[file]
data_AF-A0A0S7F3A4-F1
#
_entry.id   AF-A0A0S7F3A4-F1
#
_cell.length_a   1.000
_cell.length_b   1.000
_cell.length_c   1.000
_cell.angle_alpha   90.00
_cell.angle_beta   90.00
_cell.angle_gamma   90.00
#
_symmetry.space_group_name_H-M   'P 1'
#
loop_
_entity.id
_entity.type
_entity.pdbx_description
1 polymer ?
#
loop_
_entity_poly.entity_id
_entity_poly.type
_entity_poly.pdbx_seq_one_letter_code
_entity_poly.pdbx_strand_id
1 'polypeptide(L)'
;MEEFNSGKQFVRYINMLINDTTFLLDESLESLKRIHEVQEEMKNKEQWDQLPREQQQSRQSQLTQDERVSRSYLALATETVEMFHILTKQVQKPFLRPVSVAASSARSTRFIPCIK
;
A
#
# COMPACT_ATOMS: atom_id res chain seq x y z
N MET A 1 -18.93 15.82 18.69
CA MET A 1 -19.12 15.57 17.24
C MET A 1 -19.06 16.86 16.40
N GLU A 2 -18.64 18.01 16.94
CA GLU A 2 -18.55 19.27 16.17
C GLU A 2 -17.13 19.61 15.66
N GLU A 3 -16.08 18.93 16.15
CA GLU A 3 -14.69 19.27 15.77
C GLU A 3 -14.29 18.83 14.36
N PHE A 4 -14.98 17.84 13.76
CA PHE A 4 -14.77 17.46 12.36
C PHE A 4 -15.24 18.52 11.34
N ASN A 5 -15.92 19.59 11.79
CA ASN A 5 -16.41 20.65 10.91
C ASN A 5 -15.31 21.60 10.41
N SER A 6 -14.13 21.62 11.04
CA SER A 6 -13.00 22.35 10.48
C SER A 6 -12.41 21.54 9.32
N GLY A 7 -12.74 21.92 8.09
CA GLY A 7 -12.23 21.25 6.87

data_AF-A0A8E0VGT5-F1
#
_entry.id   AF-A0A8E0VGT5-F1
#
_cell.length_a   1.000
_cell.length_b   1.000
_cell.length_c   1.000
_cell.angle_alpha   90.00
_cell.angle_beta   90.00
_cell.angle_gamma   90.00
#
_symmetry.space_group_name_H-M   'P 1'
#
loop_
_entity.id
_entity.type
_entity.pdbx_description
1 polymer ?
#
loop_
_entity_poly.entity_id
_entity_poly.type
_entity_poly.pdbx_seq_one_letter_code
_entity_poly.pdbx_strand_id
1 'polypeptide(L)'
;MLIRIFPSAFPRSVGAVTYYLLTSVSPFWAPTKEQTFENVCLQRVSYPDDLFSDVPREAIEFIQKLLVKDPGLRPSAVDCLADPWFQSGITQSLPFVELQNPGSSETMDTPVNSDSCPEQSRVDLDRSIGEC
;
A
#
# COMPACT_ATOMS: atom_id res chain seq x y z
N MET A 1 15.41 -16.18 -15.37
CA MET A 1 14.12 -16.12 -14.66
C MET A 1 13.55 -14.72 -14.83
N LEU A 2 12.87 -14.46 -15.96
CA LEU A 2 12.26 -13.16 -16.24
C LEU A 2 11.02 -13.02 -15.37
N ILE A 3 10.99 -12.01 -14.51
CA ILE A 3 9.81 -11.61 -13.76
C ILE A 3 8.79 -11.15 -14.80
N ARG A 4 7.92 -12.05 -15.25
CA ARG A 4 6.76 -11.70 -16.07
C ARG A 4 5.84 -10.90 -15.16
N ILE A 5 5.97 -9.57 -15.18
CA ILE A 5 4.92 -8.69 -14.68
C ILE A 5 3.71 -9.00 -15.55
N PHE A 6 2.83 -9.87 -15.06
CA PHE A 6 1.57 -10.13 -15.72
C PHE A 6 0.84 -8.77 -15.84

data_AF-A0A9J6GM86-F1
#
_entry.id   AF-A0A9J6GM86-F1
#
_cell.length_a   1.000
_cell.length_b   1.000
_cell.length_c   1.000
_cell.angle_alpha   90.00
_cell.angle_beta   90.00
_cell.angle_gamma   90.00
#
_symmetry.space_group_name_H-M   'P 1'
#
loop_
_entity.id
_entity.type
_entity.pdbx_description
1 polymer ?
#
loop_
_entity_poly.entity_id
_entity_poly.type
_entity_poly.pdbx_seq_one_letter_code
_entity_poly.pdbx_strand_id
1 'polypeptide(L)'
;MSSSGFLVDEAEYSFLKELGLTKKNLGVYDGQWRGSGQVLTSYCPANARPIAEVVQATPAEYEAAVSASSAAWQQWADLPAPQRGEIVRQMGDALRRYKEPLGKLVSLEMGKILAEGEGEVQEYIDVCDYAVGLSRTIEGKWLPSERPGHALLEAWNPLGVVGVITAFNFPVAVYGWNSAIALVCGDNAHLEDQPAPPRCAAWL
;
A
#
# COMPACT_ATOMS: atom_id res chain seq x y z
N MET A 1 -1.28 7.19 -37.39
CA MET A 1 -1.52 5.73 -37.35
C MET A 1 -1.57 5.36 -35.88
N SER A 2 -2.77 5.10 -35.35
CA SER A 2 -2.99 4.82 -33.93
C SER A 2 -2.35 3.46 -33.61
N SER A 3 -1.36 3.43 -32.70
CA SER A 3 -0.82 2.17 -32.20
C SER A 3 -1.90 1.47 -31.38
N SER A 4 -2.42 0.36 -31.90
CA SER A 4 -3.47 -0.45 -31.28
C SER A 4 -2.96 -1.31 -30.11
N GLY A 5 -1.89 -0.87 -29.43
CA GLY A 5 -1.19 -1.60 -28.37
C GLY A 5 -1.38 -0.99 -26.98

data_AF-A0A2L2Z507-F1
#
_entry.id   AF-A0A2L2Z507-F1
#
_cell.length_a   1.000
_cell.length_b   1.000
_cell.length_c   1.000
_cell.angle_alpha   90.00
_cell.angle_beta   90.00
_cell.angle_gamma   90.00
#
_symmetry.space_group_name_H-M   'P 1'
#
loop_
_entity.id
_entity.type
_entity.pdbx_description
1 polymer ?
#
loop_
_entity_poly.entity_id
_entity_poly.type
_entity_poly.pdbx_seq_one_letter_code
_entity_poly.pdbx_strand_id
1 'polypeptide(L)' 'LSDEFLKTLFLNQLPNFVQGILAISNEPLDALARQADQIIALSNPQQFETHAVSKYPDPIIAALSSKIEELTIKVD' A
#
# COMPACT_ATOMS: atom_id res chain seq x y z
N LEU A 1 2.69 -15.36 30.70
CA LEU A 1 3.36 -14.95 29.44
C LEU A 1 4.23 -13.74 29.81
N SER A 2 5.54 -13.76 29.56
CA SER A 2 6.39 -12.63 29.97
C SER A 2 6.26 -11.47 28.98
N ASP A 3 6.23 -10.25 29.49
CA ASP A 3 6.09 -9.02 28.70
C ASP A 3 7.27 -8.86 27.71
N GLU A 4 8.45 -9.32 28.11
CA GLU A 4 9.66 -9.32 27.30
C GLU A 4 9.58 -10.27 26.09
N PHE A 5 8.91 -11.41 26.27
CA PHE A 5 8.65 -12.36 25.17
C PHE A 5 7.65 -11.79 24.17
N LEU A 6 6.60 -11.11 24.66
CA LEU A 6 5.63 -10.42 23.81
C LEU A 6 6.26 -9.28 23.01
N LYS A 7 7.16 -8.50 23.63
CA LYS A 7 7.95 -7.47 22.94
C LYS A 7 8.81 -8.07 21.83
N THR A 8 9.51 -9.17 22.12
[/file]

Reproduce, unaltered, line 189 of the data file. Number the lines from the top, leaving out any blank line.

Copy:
N LYS A 7 7.16 -8.50 23.63